Treatment-emergent and trajectory-based peripheral gene expression markers of antidepressant response

Laura M. Fiori, Massimiliano Orri, Zahia Aouabed, Jean François Théroux, Rixing Lin, Corina Nagy, Benicio N. Frey, Raymond W. Lam, Glenda M. MacQueen, Roumen Milev, Daniel J. Müller, Sagar V. Parikh, Susan Rotzinger, Rudolf Uher, Jane A. Foster, Sidney H. Kennedy, Gustavo Turecki

Research output: Contribution to journalArticlepeer-review

1 Scopus citations

Abstract

Identifying biomarkers of antidepressant response may advance personalized treatment of major depressive disorder (MDD). We aimed to identify longitudinal changes in gene expression associated with response to antidepressants in a sample of MDD patients treated with escitalopram. Patients (N = 153) from the CAN-BIND-1 cohort were treated for 8 weeks, and depressive symptoms were assessed using the Montgomery-Åsberg Depression Rating Scale at 0, 2, 4, 6, and 8 weeks. We identified three groups of patients according to response status: early responders (22.9%), later responders (32.0%), and nonresponders (45.1%). RNA sequencing was performed in blood obtained at weeks 0, 2, and 8. RNA expression was modeled using growth models, and differences in the longitudinal changes in expression according to response were investigated using multiple regression models. The expression of RNAs related to response was investigated in the brains of depressed individuals, as well as in neuronal cells in vitro. We identified four RNAs (CERCAM, DARS-AS1, FAM228B, HBEGF) whose change over time was independently associated with a response status. For all except HBEGF, responders showed higher expression over time, compared to nonresponders. While the change in all RNAs differentiated early responders from nonresponders, changes in DARS-AS1 and HBEGF also differentiated later responders from nonresponders. Additionally, HBEGF was downregulated in the brains of depressed individuals, and increased in response to escitalopram treatment in vitro. In conclusion, using longitudinal assessments of gene expression, we provide insights into biological processes involved in the intermediate stages of escitalopram response, highlighting several genes with potential utility as biomarkers of antidepressant response.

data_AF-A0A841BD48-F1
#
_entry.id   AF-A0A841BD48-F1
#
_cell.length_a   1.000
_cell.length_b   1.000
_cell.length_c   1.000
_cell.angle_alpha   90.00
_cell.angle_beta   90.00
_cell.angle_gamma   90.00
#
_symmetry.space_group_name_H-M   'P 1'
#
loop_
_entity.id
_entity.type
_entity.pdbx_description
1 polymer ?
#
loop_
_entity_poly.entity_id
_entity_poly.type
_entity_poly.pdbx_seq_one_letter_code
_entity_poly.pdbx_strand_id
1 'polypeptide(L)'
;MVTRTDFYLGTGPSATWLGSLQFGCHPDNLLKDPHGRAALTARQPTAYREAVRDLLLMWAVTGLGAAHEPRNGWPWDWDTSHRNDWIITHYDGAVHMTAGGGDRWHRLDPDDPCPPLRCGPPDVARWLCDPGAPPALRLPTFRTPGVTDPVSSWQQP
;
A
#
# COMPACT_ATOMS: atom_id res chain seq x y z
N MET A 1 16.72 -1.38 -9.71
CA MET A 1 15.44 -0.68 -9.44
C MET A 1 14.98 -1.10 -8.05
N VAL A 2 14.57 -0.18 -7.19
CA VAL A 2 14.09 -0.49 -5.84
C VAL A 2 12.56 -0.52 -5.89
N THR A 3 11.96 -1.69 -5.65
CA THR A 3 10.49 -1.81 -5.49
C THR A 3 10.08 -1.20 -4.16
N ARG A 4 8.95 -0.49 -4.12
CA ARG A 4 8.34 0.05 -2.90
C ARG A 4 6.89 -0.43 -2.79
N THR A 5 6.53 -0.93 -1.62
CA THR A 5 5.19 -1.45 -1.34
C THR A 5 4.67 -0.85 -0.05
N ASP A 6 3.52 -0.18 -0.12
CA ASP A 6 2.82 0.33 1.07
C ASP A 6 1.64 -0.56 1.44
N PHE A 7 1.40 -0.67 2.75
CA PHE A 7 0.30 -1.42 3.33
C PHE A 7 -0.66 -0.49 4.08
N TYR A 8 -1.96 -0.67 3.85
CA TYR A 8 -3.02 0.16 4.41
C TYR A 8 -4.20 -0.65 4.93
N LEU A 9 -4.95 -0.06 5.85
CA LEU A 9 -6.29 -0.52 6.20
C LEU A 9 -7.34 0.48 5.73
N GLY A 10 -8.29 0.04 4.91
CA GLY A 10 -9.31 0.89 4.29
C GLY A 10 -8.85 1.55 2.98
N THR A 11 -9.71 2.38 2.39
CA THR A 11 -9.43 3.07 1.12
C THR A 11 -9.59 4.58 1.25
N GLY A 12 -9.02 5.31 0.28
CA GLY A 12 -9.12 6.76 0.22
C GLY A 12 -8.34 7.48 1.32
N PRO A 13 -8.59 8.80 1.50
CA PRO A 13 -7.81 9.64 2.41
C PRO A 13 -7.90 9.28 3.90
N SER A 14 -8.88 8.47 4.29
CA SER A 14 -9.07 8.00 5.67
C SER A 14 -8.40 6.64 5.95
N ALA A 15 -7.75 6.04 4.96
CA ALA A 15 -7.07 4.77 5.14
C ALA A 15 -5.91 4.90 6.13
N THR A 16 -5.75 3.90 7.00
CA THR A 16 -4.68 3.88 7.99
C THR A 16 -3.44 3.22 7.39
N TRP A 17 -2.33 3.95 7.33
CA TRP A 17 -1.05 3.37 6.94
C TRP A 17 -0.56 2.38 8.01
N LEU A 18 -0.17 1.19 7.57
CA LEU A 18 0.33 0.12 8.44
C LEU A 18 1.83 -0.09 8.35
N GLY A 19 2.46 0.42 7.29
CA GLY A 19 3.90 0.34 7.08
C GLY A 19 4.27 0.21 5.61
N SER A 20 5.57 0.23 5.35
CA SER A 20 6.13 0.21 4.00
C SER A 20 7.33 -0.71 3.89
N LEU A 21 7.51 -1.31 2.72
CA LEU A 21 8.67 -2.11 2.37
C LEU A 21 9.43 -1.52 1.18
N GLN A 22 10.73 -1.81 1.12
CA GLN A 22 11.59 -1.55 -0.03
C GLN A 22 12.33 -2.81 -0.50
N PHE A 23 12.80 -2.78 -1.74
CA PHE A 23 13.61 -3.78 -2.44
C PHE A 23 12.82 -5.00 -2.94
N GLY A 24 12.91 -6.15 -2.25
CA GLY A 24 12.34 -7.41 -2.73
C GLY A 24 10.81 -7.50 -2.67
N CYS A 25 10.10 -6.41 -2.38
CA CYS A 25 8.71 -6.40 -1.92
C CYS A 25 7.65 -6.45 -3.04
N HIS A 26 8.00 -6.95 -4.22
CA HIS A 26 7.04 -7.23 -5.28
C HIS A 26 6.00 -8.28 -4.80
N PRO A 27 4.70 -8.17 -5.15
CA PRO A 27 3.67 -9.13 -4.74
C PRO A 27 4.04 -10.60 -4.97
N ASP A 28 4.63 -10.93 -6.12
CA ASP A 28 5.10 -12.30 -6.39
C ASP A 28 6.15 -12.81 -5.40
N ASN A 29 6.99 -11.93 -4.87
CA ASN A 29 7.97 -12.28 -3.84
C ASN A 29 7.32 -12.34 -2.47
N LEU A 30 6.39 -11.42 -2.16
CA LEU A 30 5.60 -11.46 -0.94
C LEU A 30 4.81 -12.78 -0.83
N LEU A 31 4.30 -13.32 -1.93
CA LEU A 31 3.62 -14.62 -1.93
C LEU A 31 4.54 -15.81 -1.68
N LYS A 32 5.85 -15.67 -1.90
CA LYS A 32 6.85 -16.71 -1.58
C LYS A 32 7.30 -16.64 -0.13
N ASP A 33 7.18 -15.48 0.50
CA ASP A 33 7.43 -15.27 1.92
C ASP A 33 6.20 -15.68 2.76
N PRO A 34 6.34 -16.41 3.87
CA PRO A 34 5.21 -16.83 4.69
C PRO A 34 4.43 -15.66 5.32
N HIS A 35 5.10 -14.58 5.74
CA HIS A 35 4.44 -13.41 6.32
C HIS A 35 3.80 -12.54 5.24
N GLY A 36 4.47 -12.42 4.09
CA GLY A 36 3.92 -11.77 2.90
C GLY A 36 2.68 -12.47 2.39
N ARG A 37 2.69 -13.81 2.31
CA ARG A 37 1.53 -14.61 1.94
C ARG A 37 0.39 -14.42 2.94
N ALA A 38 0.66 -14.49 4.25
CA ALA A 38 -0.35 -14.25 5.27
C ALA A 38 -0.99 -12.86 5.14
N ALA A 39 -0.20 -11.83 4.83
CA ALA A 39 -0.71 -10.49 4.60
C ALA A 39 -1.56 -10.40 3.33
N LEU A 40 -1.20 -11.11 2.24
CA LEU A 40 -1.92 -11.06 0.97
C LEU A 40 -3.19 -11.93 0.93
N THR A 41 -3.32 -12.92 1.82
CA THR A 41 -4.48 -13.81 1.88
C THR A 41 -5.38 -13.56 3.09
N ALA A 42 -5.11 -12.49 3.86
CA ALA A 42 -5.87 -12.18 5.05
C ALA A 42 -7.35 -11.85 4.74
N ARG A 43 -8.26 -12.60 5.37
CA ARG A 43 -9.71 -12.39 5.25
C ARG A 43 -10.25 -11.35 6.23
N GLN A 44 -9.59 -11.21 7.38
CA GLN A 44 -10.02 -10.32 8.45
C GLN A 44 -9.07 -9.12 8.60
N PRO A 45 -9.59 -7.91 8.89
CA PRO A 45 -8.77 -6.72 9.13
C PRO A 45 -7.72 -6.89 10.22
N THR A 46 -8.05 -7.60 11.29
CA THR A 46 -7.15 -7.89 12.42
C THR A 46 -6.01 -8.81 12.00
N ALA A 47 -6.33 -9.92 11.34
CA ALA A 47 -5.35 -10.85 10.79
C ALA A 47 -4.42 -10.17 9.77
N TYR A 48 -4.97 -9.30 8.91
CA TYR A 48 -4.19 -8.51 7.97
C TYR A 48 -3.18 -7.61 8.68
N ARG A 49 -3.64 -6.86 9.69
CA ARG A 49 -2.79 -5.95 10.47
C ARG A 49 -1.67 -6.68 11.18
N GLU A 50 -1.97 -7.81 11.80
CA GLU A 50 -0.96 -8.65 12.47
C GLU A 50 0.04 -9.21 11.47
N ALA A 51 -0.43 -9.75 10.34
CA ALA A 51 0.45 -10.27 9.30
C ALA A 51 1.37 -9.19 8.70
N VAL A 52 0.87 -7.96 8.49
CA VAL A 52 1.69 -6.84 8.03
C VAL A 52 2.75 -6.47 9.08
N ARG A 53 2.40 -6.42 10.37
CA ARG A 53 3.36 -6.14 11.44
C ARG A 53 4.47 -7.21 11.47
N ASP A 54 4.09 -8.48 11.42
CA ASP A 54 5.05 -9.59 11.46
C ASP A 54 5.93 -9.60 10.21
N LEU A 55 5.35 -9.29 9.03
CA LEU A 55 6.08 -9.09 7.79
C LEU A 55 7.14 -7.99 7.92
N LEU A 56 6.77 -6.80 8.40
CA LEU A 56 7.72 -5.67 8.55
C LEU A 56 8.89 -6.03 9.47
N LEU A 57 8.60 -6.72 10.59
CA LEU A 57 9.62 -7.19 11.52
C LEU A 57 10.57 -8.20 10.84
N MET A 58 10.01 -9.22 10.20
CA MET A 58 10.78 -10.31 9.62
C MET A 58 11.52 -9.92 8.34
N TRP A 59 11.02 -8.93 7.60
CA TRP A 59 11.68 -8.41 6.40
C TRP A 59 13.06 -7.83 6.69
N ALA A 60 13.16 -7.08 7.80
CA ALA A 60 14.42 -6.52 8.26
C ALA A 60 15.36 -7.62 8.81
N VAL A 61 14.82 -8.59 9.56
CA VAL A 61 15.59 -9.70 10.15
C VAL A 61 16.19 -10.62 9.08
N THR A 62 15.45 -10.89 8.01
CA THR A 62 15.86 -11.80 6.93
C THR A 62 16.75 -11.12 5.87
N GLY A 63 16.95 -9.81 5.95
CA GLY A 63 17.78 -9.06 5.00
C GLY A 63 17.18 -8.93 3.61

Original languageEnglish (US)
Article number439
JournalTranslational psychiatry
Volume11
Issue number1
DOIs
StatePublished - Dec 2021
Externally publishedYes

ASJC Scopus subject areas

  • Psychiatry and Mental health
  • Cellular and Molecular Neuroscience
  • Biological Psychiatry

Fingerprint

Dive into the research topics of 'Treatment-emergent and trajectory-based peripheral gene expression markers of antidepressant response'. Together they form a unique fingerprint.

Cite this